It is also essential that Republican legislative leadership understand that the race for 2014 started as soon as the vote counting ended in 2012, and act in a manner that helps, not hurts, the next GOP gubernatorial nominee. Shaheen and Lynch were able to portray themselves as bipartisan while governing as pragmatic partisans, and look at the political success they enjoyed. Hassan, obviously, means to follow in their footsteps.
This doesn’t mean that Republicans in the House and Senate should obstruct simply for the sake of obstructing. But they must not compromise simply for the sake of compromising. There is considerable cause for concern because Senate Republicans and, based on their selection of Gene Chandler as House minority leader, a small majority of House Republicans are smaller-government conservatives rather than small-government conservatives.
Smaller-government conservatism — moderating Democrat policies rather than presenting alternatives — plays into the hands of pragmatic partisans like Shaheen, Lynch and Hassan. They get to grow government while wearing the mantle of bipartisanship. While their base may grouse about the pace of change being too slow, the base clearly learned its lesson from the Mark Fernald debacle in 2002. Just ask Jackie Cilley.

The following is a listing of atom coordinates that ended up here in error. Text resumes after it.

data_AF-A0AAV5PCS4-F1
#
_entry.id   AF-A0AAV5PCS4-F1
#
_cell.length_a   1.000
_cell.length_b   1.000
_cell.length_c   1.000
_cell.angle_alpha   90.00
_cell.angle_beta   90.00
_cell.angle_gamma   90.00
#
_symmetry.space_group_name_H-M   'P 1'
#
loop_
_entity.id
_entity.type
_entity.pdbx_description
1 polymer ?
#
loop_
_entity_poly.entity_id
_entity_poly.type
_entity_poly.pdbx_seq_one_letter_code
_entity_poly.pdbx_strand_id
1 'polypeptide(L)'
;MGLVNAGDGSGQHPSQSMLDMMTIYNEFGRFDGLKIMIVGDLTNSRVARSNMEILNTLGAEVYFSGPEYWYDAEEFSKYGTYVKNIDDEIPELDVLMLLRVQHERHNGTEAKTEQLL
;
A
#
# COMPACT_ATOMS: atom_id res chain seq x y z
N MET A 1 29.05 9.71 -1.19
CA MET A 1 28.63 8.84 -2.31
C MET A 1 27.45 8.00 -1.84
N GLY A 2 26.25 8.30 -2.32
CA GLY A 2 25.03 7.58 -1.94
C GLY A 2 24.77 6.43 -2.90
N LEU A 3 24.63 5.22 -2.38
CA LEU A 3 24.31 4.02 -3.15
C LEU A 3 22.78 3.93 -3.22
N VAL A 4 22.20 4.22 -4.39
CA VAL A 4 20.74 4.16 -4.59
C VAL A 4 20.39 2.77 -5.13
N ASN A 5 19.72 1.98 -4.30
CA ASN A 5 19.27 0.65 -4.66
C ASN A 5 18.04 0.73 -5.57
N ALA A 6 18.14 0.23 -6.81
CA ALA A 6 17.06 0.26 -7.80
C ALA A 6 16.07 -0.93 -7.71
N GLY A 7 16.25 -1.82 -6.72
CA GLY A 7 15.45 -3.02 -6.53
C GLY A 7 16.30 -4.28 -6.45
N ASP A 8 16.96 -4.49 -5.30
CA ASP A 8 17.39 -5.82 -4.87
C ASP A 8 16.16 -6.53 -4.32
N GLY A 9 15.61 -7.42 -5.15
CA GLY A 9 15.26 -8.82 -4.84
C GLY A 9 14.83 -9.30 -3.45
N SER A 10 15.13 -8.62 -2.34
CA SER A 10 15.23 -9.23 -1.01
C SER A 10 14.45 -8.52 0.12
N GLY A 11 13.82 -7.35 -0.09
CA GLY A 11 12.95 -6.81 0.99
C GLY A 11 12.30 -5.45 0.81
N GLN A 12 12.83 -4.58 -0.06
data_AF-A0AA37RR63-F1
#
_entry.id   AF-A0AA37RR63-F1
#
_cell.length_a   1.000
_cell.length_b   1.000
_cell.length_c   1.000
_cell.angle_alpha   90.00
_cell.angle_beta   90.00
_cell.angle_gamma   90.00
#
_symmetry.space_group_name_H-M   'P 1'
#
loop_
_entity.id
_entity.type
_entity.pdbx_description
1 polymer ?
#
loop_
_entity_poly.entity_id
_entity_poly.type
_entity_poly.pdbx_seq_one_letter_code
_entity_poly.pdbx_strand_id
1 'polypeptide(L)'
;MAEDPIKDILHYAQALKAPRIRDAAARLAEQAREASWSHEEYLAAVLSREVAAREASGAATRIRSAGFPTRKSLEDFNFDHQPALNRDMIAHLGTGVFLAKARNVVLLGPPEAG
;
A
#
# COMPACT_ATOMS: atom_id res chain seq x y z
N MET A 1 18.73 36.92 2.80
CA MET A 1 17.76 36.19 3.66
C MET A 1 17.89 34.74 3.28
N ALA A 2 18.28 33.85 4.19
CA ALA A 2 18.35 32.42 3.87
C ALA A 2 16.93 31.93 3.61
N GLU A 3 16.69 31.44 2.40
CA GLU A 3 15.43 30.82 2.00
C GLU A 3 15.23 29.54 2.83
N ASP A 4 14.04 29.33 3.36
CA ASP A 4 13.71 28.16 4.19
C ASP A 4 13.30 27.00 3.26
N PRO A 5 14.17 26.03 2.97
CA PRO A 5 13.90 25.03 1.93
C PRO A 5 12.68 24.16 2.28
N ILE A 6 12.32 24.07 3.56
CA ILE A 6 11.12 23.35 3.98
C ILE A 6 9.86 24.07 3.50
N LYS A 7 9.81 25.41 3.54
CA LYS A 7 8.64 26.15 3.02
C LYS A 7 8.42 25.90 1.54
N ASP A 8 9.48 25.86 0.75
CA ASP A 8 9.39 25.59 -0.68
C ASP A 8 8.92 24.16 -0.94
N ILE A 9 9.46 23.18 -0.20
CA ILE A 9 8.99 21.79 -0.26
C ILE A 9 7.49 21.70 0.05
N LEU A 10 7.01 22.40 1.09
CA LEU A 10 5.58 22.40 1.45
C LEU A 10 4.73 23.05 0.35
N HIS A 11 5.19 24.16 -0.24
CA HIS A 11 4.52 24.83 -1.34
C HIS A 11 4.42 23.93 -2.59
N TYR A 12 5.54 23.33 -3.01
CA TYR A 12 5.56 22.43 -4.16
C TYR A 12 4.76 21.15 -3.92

Two areas are particularly concerning: gambling and an education funding amendment.
Any gambling bill that does not dedicate all gambling-generated revenues to reducing existing taxes is a grow-the-government bill. If the state Senate passes a gambling bill that provides some tax relief, but also materially increases spending, we might as well just ask Hassan how long she would like to serve and then tell Bill Gardner to leave the governor’s race off the ballot until that point. She will be able to run as a tax-cutter while doling out cash to her special interest supporters. No Republican support for gambling unless it is a true tax-relief measure.